School of Planning, Architecture and Civil Engineering
Murray, M. (2013) Connecting growth and wealth through visionary planning: the case of Abu Dhabi, Planning Theory and Practice, Vol.14, No.2, pp278-282.
Neill, W.J.V., Murray, M. and B. Grist (eds) (2013) Relaunching Titanic: memory and marketing in the new Belfast. London: Routledge.
Muir, J. (2013) ‘The dynamics of policy-making under UK devolution: social housing in Northern Ireland’, Housing Studies. Published online 26th June 2013.
Boland, P. (2013) ‘Sexing up the city in the international beauty contest: the performative nature of spatial planning and the fictive spectacle of place branding’. Town Planning Review, in press.
McKay, S, Murray, M & MacIntyre, S, (2012), Justice as Fairness in Planning Policy-Making, International Planning Studies, Vol. 17, No. 2, pp147–162
Walsh, K, O’Shea,E, Scharf, T & Murray, M (2012), on behalf of the Healthy Ageing in Rural Communities Research Network, Ageing in changing community contexts: Cross-border perspectives from rural Ireland and Northern Ireland , Journal of Rural Studies
McKay, S, Murray, M & Pinghui, L , (2011), Pitfalls in Strategic Planning: Lessons for Legitimacy, Space & Polity, Vol. 15, No. 2, pp107–123
Murray, MR & Neill, W.J.V., (2011), Strategic Spatial Planning in Berlin-Brandenburg: A Requiem for Balanced Development?, Planning, Practice and Research, Vol. 26(1), pp. 107-121
Gaffikin, F. & Morissey, M., (2011), 'Planning in Divided Cities: collaborative shaping of contested space', Oxford: Blackwell Publishing.
Planning in Divided Cities examines urban planning and policy in the context of deeply contested space, where identity and cultural affinities are reshaping cities. Throughout the world, contentions around identity and territory abound, and in Britain, this problem has found recent expression in debates about multiculturalism and community cohesion. These issues are most visible in the urban arena, where socially polarised communities co-habit cities also marked by divided ethnic loyalities. The relationship between the two is complicated by the typical pattern that social disadvantage is disproportionaly concentrated among ethnic groups, who also experience a social and cultural estrangement, based on religious or racial identity.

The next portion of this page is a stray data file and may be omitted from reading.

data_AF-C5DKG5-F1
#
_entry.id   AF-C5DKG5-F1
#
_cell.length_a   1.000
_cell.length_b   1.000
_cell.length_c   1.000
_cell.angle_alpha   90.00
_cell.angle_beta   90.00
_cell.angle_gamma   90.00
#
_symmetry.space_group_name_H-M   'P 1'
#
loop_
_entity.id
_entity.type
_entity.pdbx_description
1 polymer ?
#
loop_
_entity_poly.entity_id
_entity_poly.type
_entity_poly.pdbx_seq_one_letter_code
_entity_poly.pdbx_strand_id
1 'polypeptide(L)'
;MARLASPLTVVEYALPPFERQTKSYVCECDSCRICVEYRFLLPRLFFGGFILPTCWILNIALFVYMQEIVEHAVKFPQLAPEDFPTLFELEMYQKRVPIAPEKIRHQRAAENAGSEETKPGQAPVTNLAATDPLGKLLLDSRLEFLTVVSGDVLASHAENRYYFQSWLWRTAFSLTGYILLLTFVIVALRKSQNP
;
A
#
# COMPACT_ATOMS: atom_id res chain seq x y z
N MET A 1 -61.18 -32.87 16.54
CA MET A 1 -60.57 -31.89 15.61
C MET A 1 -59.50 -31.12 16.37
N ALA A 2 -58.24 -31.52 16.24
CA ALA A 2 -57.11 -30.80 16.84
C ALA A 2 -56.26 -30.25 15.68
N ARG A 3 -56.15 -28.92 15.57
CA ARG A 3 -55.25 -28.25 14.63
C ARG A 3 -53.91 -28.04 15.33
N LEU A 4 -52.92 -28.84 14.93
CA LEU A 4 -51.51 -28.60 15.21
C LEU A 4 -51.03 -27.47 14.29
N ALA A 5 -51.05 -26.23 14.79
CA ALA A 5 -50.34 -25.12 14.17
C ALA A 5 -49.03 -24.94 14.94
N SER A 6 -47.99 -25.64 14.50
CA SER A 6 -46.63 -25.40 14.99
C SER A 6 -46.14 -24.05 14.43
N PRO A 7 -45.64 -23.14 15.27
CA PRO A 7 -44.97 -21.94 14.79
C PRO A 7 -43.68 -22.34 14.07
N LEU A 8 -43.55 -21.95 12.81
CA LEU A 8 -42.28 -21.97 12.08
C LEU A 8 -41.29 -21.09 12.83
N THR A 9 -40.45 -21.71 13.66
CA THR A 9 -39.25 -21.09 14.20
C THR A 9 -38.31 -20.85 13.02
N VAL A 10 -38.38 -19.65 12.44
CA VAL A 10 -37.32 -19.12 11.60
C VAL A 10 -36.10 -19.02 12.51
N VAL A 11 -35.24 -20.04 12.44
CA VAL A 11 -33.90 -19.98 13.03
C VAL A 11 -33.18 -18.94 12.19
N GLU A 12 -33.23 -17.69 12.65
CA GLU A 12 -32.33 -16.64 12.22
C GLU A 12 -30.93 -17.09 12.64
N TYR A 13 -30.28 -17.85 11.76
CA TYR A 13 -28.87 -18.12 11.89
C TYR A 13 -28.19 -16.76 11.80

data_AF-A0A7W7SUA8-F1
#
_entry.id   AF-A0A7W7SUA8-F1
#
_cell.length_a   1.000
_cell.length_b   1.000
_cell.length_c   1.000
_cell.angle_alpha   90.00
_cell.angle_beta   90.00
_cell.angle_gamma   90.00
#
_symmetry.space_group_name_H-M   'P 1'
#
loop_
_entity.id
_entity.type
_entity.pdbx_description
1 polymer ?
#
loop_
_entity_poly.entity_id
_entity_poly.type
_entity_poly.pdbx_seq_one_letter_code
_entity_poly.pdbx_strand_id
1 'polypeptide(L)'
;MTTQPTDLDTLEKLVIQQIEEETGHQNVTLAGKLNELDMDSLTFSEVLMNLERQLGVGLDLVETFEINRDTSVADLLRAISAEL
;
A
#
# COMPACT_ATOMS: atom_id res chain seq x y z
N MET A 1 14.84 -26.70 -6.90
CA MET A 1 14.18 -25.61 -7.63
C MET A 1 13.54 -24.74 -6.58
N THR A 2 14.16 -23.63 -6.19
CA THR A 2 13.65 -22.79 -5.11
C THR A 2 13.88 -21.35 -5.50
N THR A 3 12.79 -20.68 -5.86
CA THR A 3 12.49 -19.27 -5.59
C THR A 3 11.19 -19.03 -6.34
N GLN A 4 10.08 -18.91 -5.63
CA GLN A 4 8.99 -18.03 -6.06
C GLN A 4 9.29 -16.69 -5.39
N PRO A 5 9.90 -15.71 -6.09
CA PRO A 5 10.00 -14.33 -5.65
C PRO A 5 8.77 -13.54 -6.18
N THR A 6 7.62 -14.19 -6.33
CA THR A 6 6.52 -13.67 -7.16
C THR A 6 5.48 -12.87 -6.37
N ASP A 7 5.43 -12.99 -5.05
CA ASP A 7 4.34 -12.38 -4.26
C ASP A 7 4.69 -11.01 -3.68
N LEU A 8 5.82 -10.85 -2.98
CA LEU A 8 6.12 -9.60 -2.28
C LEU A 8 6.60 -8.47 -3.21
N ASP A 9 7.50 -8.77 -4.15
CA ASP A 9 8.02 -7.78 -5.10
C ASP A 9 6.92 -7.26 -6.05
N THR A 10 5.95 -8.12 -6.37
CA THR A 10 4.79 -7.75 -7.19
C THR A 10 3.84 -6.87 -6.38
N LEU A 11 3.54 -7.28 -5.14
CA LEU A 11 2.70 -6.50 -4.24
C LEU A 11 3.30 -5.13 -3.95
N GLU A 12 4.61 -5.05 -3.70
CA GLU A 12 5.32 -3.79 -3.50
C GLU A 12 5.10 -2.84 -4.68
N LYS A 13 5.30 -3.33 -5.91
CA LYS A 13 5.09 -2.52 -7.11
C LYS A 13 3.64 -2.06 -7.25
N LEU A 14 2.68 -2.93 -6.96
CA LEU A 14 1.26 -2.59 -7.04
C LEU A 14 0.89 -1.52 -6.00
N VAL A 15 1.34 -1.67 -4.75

Murray, M, (2011) The Imagery and Language of Spatial Consciousness in Planning Within Northern Ireland. Journal of Irish Scottish Studies, 4(2).
McAreavey, R and Muir, J. (2011) Playing ethics: A new game for social researchers? International Journal of Social Research Methodology Vol. 14 (5) pp.175-194.
McAreavey, R and Swindal, M.G. (2011), in Shortall et al. (eds) Rural Transformations and Rural Policies in the UK and US. London and New York: Routledge
McAreavey, R. and McDonagh, J. (2011) Sustainable rural tourism: lessons for rural development. Sociologia Ruralis Volume 51(2) pp175-194.
Barry, J. and Ellis, G. (2011), Beyond consensus? Agonism, republicanism, and a low carbon future, Renewable Energy and the Public, From NIMBY to Participation, pp29-42; London, Earthscan, ISBN978-1-84407-863-9.
Rhodes, M.L., Murphy, J., Muir, J. and Murray, J.A. (2011) Public Management and Complexity Theory: Richer Decision-Making in Public Services, London: Routledge.
By adopting a Complex Adaptive Systems (CAS) approach to public services, this book seeks to increase policy-makers’ and practitioners’ understanding of the factors that may enable more effective public service decision-making and provision. The authors apply a CAS analysis to Irish case studies in urban regeneration and health care information systems, to generate new insights into issues, processes and participants in public service management.